I’d imagine this is a big problem in families that have faith life connected strongly to family life. When one family member decides not to go to church, that makes church seem less important to everyone else. This is especially important when the father is not involved in the family’s religious life: if dad doesn’t go to church, why should the kids have to go?

On a larger scale, this is true for special occasions: weddings and funerals. Any number of people could tell you a sob story about being mistreated (or just feeling mistreated) at a Catholic wedding or funeral. Those fall on both sides of the aisle, so to speak: from people wondering why they can’t receive Communion and demands for special music/readings/eulogies that are incompatible with the liturgy to priests refusing to give Communion on the tongue and homiletic insistences that the deceased is definitely in heaven. Special occasions bring out deeply-held beliefs that people cite as their make-or-break moment of faith.

Gay family members can also be an occasion for a crisis of faith. The nuances of the Church’s teaching on homosexuality can seem too burdensome, bigoted, “homophobic,” or just “not nice” when the love of a family member gets involved. It’s much easier to say that you just won’t be a Catholic anymore if your sister or brother can’t have a same-sex wedding recognized by the Church.

What other challenges or proposals related to the topics in the above questions do you consider urgent and useful to treat?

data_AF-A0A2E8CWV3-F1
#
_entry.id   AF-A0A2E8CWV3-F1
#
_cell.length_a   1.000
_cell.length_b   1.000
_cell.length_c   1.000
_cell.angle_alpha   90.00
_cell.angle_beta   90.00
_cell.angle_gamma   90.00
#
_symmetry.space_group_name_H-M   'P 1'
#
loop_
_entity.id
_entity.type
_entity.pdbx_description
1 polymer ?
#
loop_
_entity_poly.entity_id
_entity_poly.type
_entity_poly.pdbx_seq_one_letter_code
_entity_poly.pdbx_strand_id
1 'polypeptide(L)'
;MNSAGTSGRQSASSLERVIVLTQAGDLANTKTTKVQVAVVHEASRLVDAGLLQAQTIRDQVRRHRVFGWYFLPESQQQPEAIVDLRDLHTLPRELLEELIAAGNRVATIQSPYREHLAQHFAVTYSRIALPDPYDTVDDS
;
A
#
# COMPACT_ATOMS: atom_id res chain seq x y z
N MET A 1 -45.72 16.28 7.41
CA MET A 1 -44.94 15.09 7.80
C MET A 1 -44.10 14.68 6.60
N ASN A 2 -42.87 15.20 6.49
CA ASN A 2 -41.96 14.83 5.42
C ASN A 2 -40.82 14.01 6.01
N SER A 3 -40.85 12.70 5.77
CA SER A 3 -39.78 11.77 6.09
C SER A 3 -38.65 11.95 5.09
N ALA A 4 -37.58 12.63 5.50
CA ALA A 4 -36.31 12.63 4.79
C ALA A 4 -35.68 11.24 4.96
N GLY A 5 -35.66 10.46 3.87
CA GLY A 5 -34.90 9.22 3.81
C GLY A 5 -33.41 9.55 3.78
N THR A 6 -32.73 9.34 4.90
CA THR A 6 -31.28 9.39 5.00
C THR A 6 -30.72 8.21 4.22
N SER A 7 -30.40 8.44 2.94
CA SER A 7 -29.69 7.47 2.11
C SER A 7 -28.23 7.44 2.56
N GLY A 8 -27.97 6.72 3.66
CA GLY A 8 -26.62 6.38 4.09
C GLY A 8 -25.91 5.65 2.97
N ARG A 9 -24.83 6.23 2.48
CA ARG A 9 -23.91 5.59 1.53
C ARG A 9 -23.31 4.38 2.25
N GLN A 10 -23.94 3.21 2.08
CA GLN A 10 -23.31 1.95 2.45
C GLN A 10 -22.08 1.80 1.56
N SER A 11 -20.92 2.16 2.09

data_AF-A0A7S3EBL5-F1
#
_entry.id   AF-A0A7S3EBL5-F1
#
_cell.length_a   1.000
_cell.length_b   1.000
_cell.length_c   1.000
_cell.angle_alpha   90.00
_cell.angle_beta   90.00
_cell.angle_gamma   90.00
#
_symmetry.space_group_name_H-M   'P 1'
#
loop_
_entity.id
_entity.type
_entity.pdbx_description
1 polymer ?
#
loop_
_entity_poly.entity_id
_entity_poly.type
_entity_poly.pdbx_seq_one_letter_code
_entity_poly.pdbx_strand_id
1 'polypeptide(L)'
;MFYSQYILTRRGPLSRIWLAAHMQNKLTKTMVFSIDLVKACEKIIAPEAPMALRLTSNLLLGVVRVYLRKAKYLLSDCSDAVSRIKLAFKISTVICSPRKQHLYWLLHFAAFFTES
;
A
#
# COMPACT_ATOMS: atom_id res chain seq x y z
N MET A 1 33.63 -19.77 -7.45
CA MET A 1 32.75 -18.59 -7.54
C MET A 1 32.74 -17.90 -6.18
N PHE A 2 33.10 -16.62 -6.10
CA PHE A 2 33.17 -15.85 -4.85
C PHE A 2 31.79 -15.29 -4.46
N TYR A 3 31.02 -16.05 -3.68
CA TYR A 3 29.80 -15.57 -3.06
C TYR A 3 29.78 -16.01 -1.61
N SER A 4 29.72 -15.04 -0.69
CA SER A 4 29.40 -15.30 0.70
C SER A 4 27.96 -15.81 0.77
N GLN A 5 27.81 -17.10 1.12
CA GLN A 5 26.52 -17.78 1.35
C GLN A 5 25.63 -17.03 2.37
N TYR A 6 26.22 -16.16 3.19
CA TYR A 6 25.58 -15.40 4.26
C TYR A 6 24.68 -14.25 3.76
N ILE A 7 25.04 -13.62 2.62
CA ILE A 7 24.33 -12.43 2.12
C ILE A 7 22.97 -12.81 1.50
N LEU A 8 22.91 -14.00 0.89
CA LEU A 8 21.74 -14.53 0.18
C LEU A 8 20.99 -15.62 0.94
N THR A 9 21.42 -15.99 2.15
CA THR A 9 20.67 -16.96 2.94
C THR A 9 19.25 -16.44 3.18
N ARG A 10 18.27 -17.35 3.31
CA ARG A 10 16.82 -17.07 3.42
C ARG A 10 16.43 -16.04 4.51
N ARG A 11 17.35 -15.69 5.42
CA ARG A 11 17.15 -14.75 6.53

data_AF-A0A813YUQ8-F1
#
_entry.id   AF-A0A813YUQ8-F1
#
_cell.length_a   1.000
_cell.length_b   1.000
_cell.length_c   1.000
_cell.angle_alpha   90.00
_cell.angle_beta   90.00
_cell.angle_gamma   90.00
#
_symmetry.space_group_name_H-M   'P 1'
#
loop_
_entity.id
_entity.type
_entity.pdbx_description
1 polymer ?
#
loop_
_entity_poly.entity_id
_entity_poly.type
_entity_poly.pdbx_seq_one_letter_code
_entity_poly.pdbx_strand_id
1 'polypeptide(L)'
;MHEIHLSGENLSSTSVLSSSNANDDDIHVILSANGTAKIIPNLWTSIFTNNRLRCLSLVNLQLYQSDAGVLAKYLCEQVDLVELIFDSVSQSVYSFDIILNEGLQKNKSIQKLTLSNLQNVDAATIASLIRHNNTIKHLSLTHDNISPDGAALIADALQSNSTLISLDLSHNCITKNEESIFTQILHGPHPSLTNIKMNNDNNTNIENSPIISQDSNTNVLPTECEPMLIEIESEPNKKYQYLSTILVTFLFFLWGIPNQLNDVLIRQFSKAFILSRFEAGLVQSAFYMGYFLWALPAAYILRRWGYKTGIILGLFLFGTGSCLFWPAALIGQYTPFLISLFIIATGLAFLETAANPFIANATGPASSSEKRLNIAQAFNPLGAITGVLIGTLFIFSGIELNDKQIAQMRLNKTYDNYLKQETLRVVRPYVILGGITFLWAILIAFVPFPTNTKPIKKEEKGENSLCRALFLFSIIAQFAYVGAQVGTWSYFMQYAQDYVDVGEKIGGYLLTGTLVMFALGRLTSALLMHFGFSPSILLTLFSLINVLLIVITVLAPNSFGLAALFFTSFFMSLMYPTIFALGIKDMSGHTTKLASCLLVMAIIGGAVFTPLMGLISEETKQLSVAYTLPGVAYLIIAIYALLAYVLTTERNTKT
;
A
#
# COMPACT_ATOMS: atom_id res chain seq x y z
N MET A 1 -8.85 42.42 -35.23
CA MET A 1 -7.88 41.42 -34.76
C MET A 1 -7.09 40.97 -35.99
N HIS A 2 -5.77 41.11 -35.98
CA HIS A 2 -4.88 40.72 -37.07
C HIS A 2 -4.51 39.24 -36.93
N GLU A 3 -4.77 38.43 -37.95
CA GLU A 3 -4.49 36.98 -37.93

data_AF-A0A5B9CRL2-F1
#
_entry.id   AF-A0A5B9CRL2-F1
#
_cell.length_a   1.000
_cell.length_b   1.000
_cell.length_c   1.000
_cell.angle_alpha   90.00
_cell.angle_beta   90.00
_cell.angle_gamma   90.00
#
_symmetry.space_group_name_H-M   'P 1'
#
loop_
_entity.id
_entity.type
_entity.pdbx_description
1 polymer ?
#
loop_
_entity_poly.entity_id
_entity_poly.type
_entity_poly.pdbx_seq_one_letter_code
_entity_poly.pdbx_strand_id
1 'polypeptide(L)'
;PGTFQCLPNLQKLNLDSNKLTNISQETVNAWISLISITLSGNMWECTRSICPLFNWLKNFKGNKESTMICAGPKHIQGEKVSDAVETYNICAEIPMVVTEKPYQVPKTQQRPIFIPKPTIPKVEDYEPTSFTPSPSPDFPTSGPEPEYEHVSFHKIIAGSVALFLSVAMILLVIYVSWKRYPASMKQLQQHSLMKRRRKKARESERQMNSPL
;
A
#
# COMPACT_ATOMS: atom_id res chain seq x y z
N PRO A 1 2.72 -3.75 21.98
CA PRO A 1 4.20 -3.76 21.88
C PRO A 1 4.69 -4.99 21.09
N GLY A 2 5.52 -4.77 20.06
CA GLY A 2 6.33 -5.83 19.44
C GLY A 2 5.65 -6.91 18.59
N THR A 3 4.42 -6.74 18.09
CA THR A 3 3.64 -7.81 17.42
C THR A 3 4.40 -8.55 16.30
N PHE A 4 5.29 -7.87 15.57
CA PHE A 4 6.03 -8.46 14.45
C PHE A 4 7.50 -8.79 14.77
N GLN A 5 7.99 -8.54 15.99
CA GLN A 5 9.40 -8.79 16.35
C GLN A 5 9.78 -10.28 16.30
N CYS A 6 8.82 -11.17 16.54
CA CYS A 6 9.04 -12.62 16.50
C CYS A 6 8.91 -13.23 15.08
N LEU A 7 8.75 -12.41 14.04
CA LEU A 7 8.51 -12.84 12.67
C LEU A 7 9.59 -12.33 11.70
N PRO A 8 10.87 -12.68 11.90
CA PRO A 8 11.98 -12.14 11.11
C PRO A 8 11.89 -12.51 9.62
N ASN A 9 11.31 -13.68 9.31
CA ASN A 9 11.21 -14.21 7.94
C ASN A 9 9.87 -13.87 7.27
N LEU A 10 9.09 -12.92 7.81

In the preparatory document, this was actually Question 9 all by itself. What I’ve broken up into several questions per post for this series were composed as multi-part questions. Thus, the prompt says “the above questions,” meaning “all the questions.” I think I’ve spoken my piece already, though, so I’ll end here.

To conclude, I have some thoughts about the final document issued by the synod. It’s called the relatio synodi. You might remember the media debacle that ensued when the rough draft of that document (the interim relatio) was released to the media. I’m not going to open that can of worms again. What’s done is done. The important thing now is to look forward to the World Meeting of Families in Philadephia, Pope Francis’s visit to the U.S. during that meeting, and the upcoming extraordinary synod that will continue the work and discussions from last fall.

I think Pope Francis said in best in asking for prayers, not gossip, concerning the upcoming synod. Let’s join him:

Jesus, Mary and Joseph,
In you we contemplate
The splendor of true love.
We turn to you with confidence.

Holy Family of Nazareth,
Make our families, also,
Places of communion and cenacles of prayer,
Authentic schools of the Gospel,
And little domestic Churches.

Holy Family of Nazareth
May our families never more experience
Violence, isolation, and division:
May anyone who was wounded or scandalized
Rapidly experience consolation and healing.

Holy Family of Nazareth,
May the upcoming Synod of Bishops
Reawaken in all an awareness
Of the sacred character and inviolability of the family,
Its beauty in the project of God.

Jesus, Mary and Joseph,
Hear and answer our prayer. Amen.


How has your family life influenced your faith, for better or for worse? What plans do you have for your current and future family’s faith life? What are your hopes, expectations, and worries about this fall’s events? Share your thoughts in the comments!